Genetic Counseling Helps Physicians Decode Test Results

Damian McNamara

March 08, 2016

LA JOLLA, California — Companies that provide direct-to-consumer genomic testing understand that as genomic findings grow in scope and complexity, they need to provide help to physicians who already have limited time to spend with patients.

"We want patients to walk into the doctor's office and not have to hand them a 10-page report to read through," said Mirza Cifric, cofounder and chief executive officer of Veritas Genetics. The company provides next-generation whole-genome sequencing results to consumers through a smartphone app.

Embrace the technology and genomic testing to help your patients, Cifric said here at the Future of Genomic Medicine IX. "Be an early adopter. People trust their doctors and value their doctors' opinions," he told Medscape Medical News.

But "the nuances can get lost," said Elad Gil, PhD, cofounder and chief executive officer of Color Genomics, which offers 19-gene testing for breast and ovarian cancers. Patients must get physician approval to take the test and they receive the results online. Genetic counseling is included in the $249 cost of the test.

People don't want to spend $1000 on their genome just to hear that they should exercise and eat better.

Until now, Veritas whole-genome sequencing has been available only to participants in the Personal Genome Project at Harvard Medical School in Boston. But on March 3, the service became widely available. Physicians can now order sequencing for any patient in the United States. The $999 price includes interpretation and genetic counseling, the company announced at the meeting.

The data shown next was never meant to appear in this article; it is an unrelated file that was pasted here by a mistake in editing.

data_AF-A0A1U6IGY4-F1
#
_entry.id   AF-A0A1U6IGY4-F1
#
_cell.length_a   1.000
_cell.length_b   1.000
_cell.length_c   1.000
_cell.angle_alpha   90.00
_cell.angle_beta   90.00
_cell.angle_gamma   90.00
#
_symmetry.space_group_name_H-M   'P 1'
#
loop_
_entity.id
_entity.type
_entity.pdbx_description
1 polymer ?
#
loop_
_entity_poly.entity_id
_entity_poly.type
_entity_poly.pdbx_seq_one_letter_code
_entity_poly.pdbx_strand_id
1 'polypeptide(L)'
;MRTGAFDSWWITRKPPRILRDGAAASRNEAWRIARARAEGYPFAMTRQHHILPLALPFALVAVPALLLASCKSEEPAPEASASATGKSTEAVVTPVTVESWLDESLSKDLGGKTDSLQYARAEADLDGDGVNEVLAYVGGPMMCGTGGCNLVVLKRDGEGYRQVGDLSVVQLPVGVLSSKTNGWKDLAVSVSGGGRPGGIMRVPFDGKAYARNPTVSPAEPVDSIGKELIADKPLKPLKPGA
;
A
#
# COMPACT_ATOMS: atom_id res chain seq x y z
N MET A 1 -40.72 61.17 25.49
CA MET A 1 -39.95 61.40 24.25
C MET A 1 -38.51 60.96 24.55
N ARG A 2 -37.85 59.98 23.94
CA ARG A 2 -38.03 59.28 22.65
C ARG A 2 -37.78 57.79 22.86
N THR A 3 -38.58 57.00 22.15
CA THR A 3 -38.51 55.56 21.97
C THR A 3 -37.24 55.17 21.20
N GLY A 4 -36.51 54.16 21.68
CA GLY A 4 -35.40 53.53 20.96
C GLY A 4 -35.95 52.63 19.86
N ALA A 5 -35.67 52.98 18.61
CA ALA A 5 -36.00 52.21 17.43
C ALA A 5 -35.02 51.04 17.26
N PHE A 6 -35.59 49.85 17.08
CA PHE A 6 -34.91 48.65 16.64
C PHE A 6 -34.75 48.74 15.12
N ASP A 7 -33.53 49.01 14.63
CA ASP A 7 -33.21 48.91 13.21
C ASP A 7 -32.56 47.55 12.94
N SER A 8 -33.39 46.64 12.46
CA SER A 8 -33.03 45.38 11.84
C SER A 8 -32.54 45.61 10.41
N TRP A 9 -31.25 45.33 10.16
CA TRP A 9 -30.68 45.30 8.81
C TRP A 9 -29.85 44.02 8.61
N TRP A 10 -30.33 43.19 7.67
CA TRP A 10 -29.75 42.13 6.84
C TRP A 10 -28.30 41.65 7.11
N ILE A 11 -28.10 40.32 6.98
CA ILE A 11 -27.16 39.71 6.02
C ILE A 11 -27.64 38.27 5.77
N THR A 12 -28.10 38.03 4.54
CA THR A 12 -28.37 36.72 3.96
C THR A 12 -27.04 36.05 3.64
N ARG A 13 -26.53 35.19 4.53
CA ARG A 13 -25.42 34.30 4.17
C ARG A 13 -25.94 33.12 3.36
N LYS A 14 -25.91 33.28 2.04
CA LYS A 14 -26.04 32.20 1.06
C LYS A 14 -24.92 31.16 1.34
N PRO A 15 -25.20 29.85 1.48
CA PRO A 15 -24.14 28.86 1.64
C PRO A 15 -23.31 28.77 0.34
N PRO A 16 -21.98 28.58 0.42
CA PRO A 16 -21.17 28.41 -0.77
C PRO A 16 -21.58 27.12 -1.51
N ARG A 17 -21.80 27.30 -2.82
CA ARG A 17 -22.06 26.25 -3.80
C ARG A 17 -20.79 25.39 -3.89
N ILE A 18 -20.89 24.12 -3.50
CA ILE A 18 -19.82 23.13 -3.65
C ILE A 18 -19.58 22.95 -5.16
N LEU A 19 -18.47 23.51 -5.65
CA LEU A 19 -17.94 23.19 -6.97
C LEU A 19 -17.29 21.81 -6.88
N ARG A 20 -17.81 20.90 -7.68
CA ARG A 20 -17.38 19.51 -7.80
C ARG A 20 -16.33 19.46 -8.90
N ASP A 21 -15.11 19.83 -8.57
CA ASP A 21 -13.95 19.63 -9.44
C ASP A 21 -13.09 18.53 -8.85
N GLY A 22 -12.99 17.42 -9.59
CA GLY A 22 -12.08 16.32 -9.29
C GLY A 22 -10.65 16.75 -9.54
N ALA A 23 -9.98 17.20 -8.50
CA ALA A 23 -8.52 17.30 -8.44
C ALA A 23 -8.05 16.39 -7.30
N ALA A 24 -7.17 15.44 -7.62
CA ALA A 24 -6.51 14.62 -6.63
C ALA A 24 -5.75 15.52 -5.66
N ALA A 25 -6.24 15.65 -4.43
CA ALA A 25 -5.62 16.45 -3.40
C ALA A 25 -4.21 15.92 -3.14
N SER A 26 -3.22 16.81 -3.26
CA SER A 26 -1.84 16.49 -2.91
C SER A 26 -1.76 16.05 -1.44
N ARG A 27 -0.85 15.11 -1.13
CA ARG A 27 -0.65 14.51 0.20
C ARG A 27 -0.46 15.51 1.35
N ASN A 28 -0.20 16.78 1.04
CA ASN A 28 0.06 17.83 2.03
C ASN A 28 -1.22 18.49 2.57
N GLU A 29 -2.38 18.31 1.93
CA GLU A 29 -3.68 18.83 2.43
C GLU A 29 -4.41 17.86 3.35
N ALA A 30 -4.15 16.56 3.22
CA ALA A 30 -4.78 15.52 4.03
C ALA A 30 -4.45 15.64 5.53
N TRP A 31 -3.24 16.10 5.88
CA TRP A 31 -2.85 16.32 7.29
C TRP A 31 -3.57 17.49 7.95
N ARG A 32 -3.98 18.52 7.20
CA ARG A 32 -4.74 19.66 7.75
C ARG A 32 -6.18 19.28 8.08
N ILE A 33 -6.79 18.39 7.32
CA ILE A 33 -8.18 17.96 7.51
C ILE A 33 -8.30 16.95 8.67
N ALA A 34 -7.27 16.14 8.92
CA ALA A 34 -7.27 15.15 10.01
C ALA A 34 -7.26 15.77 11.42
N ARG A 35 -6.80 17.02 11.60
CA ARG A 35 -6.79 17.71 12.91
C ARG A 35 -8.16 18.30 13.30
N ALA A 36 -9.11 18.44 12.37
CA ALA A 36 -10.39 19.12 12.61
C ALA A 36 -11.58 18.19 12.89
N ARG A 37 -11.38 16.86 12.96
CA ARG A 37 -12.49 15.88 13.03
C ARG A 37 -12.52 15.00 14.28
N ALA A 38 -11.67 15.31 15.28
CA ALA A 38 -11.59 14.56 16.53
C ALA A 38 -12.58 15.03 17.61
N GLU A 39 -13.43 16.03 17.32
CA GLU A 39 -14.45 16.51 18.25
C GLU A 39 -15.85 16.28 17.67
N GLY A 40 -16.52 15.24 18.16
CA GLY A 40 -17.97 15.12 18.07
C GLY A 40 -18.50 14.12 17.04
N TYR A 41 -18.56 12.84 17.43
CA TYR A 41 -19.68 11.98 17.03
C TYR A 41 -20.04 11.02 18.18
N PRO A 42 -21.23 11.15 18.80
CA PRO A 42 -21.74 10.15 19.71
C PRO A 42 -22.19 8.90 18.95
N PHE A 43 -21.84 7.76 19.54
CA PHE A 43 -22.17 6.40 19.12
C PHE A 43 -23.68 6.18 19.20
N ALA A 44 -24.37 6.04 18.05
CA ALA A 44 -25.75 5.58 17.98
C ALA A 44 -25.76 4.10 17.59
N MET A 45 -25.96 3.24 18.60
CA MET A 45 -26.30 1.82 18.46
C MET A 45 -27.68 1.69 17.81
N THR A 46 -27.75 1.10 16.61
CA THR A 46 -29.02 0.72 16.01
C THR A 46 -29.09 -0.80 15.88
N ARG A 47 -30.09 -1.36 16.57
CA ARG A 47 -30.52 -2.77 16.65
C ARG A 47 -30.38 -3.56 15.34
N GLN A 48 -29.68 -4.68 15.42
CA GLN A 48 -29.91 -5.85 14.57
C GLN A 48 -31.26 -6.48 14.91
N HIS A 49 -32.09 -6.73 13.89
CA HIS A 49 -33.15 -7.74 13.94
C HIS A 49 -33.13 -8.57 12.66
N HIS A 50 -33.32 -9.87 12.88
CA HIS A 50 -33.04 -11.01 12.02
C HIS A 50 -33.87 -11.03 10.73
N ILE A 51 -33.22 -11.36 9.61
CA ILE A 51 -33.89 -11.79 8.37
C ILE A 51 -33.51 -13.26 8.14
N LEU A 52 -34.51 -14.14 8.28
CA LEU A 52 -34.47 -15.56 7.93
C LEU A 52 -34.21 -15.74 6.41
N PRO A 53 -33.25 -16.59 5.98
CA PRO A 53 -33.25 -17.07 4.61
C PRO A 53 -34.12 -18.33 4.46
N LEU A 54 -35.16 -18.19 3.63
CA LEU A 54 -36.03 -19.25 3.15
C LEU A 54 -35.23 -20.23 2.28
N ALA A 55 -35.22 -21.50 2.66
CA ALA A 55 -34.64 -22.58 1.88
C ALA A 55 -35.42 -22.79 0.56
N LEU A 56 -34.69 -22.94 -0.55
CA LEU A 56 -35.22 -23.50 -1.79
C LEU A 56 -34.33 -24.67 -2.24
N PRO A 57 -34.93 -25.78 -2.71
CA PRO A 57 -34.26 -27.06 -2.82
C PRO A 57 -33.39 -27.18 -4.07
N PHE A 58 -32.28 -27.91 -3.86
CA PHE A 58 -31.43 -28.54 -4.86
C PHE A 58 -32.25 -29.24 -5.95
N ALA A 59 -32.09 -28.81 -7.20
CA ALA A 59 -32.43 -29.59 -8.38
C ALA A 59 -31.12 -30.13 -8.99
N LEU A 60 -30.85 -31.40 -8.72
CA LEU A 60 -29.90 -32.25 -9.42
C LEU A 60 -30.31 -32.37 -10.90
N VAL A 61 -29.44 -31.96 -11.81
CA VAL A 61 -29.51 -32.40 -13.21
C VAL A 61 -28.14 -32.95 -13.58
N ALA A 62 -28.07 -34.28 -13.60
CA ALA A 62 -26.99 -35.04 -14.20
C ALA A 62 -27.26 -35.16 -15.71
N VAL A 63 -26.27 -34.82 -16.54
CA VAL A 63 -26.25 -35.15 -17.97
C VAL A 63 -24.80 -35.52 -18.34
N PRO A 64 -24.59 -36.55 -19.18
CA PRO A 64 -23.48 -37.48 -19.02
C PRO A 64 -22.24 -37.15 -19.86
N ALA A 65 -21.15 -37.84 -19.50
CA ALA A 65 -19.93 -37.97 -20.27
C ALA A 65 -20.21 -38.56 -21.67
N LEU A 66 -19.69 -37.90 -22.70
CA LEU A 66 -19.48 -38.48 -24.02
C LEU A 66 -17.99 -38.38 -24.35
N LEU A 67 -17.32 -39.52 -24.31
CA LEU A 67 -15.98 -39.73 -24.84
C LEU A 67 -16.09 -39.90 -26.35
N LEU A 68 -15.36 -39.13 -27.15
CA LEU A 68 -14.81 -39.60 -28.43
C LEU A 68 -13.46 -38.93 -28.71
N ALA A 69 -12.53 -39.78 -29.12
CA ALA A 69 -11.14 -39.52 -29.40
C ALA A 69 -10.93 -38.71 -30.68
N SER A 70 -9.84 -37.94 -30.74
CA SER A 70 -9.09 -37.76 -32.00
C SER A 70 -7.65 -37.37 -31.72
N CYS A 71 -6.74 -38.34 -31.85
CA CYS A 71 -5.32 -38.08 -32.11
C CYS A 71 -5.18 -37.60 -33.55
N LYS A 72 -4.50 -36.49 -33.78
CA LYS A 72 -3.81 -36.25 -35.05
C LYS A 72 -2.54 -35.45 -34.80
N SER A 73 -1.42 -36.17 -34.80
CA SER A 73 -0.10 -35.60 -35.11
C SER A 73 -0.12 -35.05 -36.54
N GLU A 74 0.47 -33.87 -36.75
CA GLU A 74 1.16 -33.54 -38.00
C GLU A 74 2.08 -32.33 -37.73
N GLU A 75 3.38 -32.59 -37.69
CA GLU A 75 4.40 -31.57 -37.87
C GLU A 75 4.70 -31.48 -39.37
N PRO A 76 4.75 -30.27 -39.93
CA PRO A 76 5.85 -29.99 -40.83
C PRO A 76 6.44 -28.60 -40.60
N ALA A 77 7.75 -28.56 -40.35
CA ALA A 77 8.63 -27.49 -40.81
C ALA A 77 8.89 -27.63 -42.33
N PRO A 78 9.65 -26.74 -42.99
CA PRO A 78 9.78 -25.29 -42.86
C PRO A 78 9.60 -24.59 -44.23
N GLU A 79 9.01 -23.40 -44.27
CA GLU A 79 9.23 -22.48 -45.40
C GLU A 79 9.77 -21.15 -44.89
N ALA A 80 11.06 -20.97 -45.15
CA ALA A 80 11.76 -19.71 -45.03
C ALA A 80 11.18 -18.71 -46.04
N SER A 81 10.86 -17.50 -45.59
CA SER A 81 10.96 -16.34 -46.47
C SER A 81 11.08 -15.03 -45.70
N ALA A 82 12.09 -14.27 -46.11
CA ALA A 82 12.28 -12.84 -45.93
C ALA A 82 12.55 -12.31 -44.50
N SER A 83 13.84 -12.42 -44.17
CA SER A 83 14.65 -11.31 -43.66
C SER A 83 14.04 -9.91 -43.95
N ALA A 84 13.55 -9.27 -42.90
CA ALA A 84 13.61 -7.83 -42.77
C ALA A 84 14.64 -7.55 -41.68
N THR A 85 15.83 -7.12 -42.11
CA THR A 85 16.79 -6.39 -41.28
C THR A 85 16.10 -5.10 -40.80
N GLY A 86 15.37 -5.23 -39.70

Veritas provides two levels of "actionable information," Cifric explained. "We're including actionable recommendations for individuals and for the healthcare providers."

Because we understand the pressures physicians are facing, including time with the patient and access to, and the varying quality of, available information, "we focus on actionable data," he said.

"We have to have healthcare providers be a part of this conversation," he pointed out. "People don't want to spend $1000 on their genome just to hear that they should exercise and eat better."

Taking the Long View

Mirza Cifric

Patients and physicians should view whole-genome sequencing as a valuable lifelong source of information, not a one-time test, Cifric said. "Your genome is a resource that can help you live a healthier and longer life."

For example, a person could consult their data in the future if a genetically driven illness occurs in the family.

Veritas has partnered with WorldCare Consortium, which provides medical second-opinion services and has access to more than 20,000 medical professionals from high-quality medical institutions, such as Boston Children's Hospital, Duke Medicine, and the Mayo Clinic. "We're incorporating them into our platform so people can get a second written opinion," Cifric reported. "This is especially important to people with less access to healthcare."

"It is an exciting time for all of these companies and for those of us at this junction of consumer health and precision medicine," said Steven Tucker, MD, a medical oncologist practicing precision cancer care in Singapore.

Whole-genome sequencing priced under $1000 "is certainly attractive, but I have concerns and thoughts about pricing across the spectrum of genome testing," he told Medscape Medical News. The focus should be on quality, interpretation, usability, portability, and provider sustainability, he said, "not price."

"The ability to create a legion of online on-demand genetic counselors is, in my opinion, more valuable than getting the actual sequencing," Dr Tucker explained. "The first company to create an engaging ecosystem around DNA will hold a lot of sway with consumers."

Mr Cifric and Dr Tucker have disclosed no relevant financial relationships.

Future of Genomic Medicine (FOGM) IX. Presented March 3, 2016.


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